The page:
Puppy sounds come in a variety of pitches and tones, ranging from the high-pitched yelps of a puppy to the guttural growls of an adult dog.
Learning what these different types of sounds mean is important when raising or training your pup. A dog owner who understands their furry friend’s vocalizations will be able to better communicate with their pet and, over time, build a stronger bond with them.
Dogs make a variety of noises that can provide you with important information about how they’re feeling.
Some dogs will only whine when they’re hungry or need to go outside to do their business. Other dogs may only bark at intruders, while others still may whimper when they want something from you—a treat, for example.
However, growling is much more serious than any of these other noises and should be treated as such. It’s important to know how your dog behaves when she growls so that you can take appropriate precautions if necessary.
Growling is a warning sign. A puppy will growl when they’re afraid, or if they’re trying to make themselves look bigger and more threatening.
However, puppies can also be playful with their growls, too! They may do it as a way to play with other dogs, or perhaps even you! If you hear your puppy growling in this manner, don’t worry—it’s nothing to be concerned about (unless it’s accompanied by snapping or biting).
Barking is the most common way a dog communicates. Dogs bark to get attention, as a warning, or to ask for something. They also bark when they’re happy and scared.
As you can tell, barking is an important trait for dogs to have because it helps them communicate with humans and other animals. That’s why it’s important to understand each type of bark if you want to be able to read your pup like an open book!
Howling is a form of communication. A dog howls when he wants to communicate with other dogs in the area, and it’s done for several reasons. Howling is a way of saying hello, announcing your presence to other dogs, or alerting them that you’re looking for them. It can also be used as a greeting or response to another dog’s howl.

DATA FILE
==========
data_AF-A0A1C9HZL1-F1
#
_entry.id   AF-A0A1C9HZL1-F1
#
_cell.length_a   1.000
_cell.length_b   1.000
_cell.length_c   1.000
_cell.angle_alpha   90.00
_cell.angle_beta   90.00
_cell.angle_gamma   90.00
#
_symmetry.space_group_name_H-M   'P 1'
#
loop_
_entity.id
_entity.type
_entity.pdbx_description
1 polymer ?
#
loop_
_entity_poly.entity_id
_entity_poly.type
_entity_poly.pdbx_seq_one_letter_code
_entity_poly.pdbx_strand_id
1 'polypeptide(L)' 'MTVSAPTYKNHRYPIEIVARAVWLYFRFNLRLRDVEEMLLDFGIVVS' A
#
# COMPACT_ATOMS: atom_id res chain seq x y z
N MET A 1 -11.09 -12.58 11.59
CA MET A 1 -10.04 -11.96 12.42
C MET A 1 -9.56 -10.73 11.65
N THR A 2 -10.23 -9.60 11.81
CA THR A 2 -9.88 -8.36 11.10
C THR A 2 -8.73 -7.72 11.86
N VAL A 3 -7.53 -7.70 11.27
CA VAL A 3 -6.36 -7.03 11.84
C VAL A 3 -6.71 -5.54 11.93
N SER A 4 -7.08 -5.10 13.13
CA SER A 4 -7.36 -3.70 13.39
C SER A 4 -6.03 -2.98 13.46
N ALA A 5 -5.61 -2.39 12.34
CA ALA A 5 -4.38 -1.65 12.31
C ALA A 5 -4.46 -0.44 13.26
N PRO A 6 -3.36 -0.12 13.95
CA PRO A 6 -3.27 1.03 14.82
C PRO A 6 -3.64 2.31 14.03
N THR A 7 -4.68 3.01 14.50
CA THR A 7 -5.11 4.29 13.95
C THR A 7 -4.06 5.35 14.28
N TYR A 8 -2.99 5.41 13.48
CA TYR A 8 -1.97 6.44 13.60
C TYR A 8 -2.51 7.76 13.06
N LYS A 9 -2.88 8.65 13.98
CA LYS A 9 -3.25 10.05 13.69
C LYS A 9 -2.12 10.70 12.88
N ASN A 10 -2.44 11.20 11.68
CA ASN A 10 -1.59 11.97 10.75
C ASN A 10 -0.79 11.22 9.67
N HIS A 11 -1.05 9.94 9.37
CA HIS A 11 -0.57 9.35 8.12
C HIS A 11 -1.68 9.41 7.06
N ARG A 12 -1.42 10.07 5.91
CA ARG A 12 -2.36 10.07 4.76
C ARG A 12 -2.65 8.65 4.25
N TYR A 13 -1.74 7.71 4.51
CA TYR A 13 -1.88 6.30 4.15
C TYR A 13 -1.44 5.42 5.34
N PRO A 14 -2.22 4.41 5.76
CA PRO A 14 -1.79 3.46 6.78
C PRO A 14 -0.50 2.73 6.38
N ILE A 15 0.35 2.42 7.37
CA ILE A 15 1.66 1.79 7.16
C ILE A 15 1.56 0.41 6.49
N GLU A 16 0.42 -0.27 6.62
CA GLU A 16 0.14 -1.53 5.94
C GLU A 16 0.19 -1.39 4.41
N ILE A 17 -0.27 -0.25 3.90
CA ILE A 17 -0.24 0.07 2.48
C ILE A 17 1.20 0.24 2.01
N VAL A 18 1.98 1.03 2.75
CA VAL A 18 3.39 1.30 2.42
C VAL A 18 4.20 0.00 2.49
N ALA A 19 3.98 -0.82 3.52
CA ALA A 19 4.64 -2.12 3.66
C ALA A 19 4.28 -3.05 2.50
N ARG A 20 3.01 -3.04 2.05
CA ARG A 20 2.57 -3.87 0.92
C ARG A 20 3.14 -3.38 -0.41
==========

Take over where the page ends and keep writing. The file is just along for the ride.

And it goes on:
Howling is also used as mating calls, during playtime and when greeting pack members who have been away from the pack for some time. Howling may also signify pain or suffering if your puppy has an injury or illness that affects his ability to communicate normally with other dogs through barking (which allows him to warn his pack mates about danger).
Whimpering is a low-pitched, quiet sound that dogs make when they are in pain or upset. It could mean one of many things:
- Your puppy might be asking for attention. If his whimper is long and drawn out, it could also mean he’s hungry or tired and wants you to come closer so that he can rest against your leg or sleep in your lap.
- If the whimper is short and quick, it may indicate that your pup feels threatened by an unfamiliar person or dog and is asking you to intervene on his behalf (or just get him away from whatever has frightened him).
- Dogs also tend to whimper when they’re feeling excited but nervous—like when meeting new people or children!
When you hear your dog yip, it’s time to get excited. This high-pitched sound is one of the cutest noises that dogs make, and it’s often a signal for playtime. When your puppy starts yipping at you and her siblings, she’s letting you know that she wants a good game of chase or tug-of-war.
When dogs are playing with each other, they often make little noises like yips and squeaks out of happiness—and when one dog gets tired, he might even give out a yawning noise as well!
It’s cute because we associate yawns with sleepiness in humans (and dogs), but really they’re just another way for dogs to communicate their emotions with each other.
Learning this information is a great first step in understanding your dog better, but it’s only the beginning. If you want to understand your pup even better, there are plenty of resources available to you.
You can start by taking a look at our blog post on dog body language, which breaks down all the ways your pup communicates their feelings through movements—not just sounds.